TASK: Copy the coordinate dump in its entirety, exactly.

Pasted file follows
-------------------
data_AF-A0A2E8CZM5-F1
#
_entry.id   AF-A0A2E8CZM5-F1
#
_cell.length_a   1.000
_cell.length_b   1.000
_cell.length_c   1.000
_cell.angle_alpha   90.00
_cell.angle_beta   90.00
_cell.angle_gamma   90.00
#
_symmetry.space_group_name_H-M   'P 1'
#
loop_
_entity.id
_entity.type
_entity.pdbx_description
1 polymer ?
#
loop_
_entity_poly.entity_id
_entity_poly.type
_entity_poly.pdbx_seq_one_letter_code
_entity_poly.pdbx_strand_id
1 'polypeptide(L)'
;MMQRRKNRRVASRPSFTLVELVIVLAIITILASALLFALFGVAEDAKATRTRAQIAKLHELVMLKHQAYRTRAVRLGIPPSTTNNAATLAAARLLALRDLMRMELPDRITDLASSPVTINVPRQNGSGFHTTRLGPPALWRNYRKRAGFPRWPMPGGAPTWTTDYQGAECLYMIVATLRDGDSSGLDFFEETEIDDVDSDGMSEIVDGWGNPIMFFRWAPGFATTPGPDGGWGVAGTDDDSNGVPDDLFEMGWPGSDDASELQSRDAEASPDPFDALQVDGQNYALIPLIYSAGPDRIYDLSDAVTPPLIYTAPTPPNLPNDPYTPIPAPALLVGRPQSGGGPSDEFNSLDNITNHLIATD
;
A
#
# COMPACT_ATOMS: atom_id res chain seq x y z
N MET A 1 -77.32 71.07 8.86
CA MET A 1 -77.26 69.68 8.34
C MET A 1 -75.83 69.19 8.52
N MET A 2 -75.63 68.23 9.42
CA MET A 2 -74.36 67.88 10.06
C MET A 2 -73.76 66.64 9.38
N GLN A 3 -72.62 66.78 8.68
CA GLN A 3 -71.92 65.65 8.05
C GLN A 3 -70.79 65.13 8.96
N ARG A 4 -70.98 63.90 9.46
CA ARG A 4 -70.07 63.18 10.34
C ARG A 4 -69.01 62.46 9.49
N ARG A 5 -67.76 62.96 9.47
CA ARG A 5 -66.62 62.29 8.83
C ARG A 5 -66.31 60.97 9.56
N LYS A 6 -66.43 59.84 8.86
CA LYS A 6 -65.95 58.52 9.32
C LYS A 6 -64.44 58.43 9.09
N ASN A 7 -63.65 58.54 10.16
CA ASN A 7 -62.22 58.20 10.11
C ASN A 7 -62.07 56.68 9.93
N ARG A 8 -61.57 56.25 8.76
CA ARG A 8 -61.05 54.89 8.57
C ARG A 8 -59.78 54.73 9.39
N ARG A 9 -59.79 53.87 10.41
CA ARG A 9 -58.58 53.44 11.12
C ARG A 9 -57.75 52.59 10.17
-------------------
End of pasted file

data_AF-A0A2E8CZM5-F1
#
_entry.id   AF-A0A2E8CZM5-F1
#
_cell.length_a   1.000
_cell.length_b   1.000
_cell.length_c   1.000
_cell.angle_alpha   90.00
_cell.angle_beta   90.00
_cell.angle_gamma   90.00
#
_symmetry.space_group_name_H-M   'P 1'
#
loop_
_entity.id
_entity.type
_entity.pdbx_description
1 polymer ?
#
loop_
_entity_poly.entity_id
_entity_poly.type
_entity_poly.pdbx_seq_one_letter_code
_entity_poly.pdbx_strand_id
1 'polypeptide(L)'
;MMQRRKNRRVASRPSFTLVELVIVLAIITILASALLFALFGVAEDAKATRTRAQIAKLHELVMLKHQAYRTRAVRLGIPPSTTNNAATLAAARLLALRDLMRMELPDRITDLASSPVTINVPRQNGSGFHTTRLGPPALWRNYRKRAGFPRWPMPGGAPTWTTDYQGAECLYMIVATLRDGDSSGLDFFEETEIDDVDSDGMSEIVDGWGNPIMFFRWAPGFATTPGPDGGWGVAGTDDDSNGVPDDLFEMGWPGSDDASELQSRDAEASPDPFDALQVDGQNYALIPLIYSAGPDRIYDLSDAVTPPLIYTAPTPPNLPNDPYTPIPAPALLVGRPQSGGGPSDEFNSLDNITNHLIATD
;
A
#
# COMPACT_ATOMS: atom_id res chain seq x y z
N MET A 1 -77.32 71.07 8.86
CA MET A 1 -77.26 69.68 8.34
C MET A 1 -75.83 69.19 8.52
N MET A 2 -75.63 68.23 9.42
CA MET A 2 -74.36 67.88 10.06
C MET A 2 -73.76 66.64 9.38
N GLN A 3 -72.62 66.78 8.68
CA GLN A 3 -71.92 65.65 8.05
C GLN A 3 -70.79 65.13 8.96
N ARG A 4 -70.98 63.90 9.46
CA ARG A 4 -70.07 63.18 10.34
C ARG A 4 -69.01 62.46 9.49
N ARG A 5 -67.76 62.96 9.47
CA ARG A 5 -66.62 62.29 8.83
C ARG A 5 -66.31 60.97 9.56
N LYS A 6 -66.43 59.84 8.86
CA LYS A 6 -65.95 58.52 9.32
C LYS A 6 -64.44 58.43 9.09
N ASN A 7 -63.65 58.54 10.16
CA ASN A 7 -62.22 58.20 10.11
C ASN A 7 -62.07 56.68 9.93
N ARG A 8 -61.57 56.25 8.76
CA ARG A 8 -61.05 54.89 8.57
C ARG A 8 -59.78 54.73 9.39
N ARG A 9 -59.79 53.87 10.41
CA ARG A 9 -58.58 53.44 11.12
C ARG A 9 -57.75 52.59 10.17